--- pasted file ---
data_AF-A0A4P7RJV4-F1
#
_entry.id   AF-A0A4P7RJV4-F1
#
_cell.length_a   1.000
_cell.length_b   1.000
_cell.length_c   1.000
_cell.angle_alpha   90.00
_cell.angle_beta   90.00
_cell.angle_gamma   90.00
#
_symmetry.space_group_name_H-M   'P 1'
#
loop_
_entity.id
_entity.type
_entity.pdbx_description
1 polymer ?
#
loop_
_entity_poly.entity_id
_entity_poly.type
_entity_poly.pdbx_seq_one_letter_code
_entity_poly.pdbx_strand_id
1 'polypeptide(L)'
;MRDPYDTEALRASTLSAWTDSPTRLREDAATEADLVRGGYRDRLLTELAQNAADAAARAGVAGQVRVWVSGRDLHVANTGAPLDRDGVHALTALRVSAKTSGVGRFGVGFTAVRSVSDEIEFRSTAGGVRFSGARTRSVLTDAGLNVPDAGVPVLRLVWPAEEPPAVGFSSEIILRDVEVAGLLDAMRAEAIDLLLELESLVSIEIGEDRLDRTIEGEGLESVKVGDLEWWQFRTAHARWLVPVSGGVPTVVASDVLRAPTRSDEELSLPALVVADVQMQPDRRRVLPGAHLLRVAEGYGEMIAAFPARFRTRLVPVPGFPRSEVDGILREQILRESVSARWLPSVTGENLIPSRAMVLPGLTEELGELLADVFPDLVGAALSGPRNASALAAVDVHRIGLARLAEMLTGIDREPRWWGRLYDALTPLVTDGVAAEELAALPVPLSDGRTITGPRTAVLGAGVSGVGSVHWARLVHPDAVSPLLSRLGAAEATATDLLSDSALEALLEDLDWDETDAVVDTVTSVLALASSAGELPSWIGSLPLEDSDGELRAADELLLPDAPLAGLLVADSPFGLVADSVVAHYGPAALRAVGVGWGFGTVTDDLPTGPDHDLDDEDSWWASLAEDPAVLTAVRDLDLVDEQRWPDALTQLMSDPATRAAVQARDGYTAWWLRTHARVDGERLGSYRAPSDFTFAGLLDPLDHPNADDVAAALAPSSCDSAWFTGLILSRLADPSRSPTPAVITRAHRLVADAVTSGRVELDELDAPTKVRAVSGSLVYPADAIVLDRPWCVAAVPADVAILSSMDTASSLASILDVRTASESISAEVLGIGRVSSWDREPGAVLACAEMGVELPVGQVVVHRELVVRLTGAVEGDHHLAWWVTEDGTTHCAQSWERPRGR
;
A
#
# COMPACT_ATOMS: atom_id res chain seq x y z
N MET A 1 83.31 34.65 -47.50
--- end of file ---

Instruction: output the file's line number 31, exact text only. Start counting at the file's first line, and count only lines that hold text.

N MET A 1 83.31 34.65 -47.50